Tuesday, October 1, 2013

The Jewish state cannot rely on the United States for its security.


So Israel's prime minister is now left to play the part of querulous Uncle Ben, who arrives the day after the funeral convinced his scheming siblings have already absconded with mother's finest jewelry.
Uncle Ben's suspicions may well be right. But he largely has himself to blame for not acting in time.
Benjamin Netanyahu visited the White House on Monday and on Tuesday addresses the United Nations. It's a predictable routine. First he obtains the stylized assurances from President Obama—still exulting from his 15 minute phone call Friday with Iran's Hasan Rouhani—that Iran will not be allowed to get a bomb and that "all options are on the table." Then Mr. Netanyahu denounces Iran at the U.N. and issues unspecified, and increasingly noncredible, warnings that Israel may act on its own.
All hat and no cattle, as they say.
Here's a line I never thought I'd write: I wish Ehud Olmert were Israel's prime minister. Mr. Olmert has many flaws, some of them well known. But he also had a demonstrated capacity to act. It isn't clear that Mr. Netanyahu does.

Israeli Prime Minister Netanyahu at the White House on Monday.
In May 2007 Israel disclosed to the U.S. that Syria was constructing a nuclear reactor in its eastern desert with help from North Korea. Mr. Olmert, then Israel's prime minister, asked President Bush to bomb the facility. Mr. Bush weighed the options, said no, and proposed instead taking the matter public at the U.N.
"I told [Mr. Olmert] I had decided on a diplomatic option backed by the threat of force," the former president recounts in his memoir, "Decision Points."
"The prime minister was disappointed. 'This is something that hits at the very serious nerves of this country,' he said. He told me the threat of a nuclear weapons program in Syria was an 'existential' issue for Israel, and he worried diplomacy would bog down and fail. 'I must be honest and sincere with you. Your strategy is very disturbing to me.' That was the end of the call."
Could Mr. Netanyahu say the same to Mr. Obama? Maybe. The Israeli prime minister infuriated the White House a couple of years ago by treating the president to a public lecture in the Oval Office.
Yet Israeli policy since then has amounted to one big kowtow to Mr. Obama's needs, political and diplomatic. Israel apparently refrained from attacking Iran a year ago, largely out of deference to Mr. Obama's electoral needs. Since then it has given the administration the widest possible latitude to pursue diplomatic initiatives until they prove their futility.
A year on, here is where things stand.
(1) U.S. credibility on enforcing presidential red lines and carrying through on military threats is in tatters thanks to Mr. Obama's Syria capitulation.
(2) America's "diplomatic option" is, for Mr. Obama, a journey not a destination: He will pursue it no matter how flimsy the pretext or the likelihood of success.
(3) Iran has enriched nearly 3,000 kilos of uranium in the last year alone, according to the International Atomic Energy Agency. The IAEA also notes in its most recent report that "the Agency has become increasingly concerned about the possible existence in Iran of undisclosed nuclear related activities . . . including activities related to the development of a nuclear payload for a missile."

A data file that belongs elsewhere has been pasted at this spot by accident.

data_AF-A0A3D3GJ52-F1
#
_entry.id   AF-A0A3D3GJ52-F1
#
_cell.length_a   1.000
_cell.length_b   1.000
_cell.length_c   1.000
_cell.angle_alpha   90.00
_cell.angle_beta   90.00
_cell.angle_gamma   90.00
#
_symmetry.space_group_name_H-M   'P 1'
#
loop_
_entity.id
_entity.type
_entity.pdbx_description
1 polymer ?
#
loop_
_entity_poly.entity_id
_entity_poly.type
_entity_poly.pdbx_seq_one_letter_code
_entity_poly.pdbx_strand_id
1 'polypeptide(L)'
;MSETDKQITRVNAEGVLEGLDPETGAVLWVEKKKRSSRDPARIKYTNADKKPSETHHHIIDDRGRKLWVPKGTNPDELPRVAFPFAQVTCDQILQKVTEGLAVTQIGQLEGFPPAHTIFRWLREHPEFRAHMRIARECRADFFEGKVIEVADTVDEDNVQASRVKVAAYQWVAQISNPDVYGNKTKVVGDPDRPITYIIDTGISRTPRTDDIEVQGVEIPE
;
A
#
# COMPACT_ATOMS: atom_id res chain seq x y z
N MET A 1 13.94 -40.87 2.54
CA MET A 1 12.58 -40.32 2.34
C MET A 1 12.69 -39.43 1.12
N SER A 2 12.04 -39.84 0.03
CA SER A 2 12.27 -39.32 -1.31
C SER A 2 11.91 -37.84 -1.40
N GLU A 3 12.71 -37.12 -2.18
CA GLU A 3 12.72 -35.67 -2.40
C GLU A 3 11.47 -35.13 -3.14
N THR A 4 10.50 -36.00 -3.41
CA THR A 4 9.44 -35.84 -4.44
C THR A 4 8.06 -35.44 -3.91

Oh, and (4): Despite this, Israel finds itself on the diplomatic back foot because Iran's new president, unlike his predecessor, has alighted on a less-uncouth way to deny the Holocaust. Israel is now in the disastrous position of having to hope that Iranian hard-liners sabotage Mr. Rouhani's efforts to negotiate a deal that, if honored, would leave Iran first-and-five at the nuclear goal line.
How does Mr. Netanyahu get out of this trap? Here's another line I never thought I'd write: by downgrading relations with Washington.
That isn't to say that Israel doesn't benefit from good relations with the U.S. But the U.S., like Britain after World War II, is in retreat from the world, and Israelis need to adapt to a global reality in which the Americans are willing to do less, and consequently count for less. What Mr. Netanyahu has been doing instead is granting Mr. Obama a degree of leverage and a presumption of authority over the Jewish state to which he is not entitled and has done little to deserve. That needs to stop.
What also needs to stop is the guessing game over Israel's intentions toward Iran. Mr. Obama will not—repeat, will not—conduct a military strike against Iran. Israelis who think otherwise are fooling themselves.
But Israel will soon have to decide whether to act alone. If so, Israelis must proceed without regard to Mr. Obama's diplomatic timetable. If not, they'll need to reconsider the concept and structure of Israeli deterrence, including nuclear ambiguity.
One last thing worth noting: Reflecting on Mr. Olmert's decision to act against his wishes, Mr. Bush wrote this: "Prime Minister Olmert's execution of the strike made up for the confidence I had lost in the Israelis during the Lebanon war. . . . The bombing demonstrated Israel's willingness to act alone. Prime Minister Olmert hadn't asked for a green light, and I hadn't given one. He had done what he believed was necessary to protect Israel."

That is the voice of respect. Better for Israel to have that than any other mark of international approval or popularity.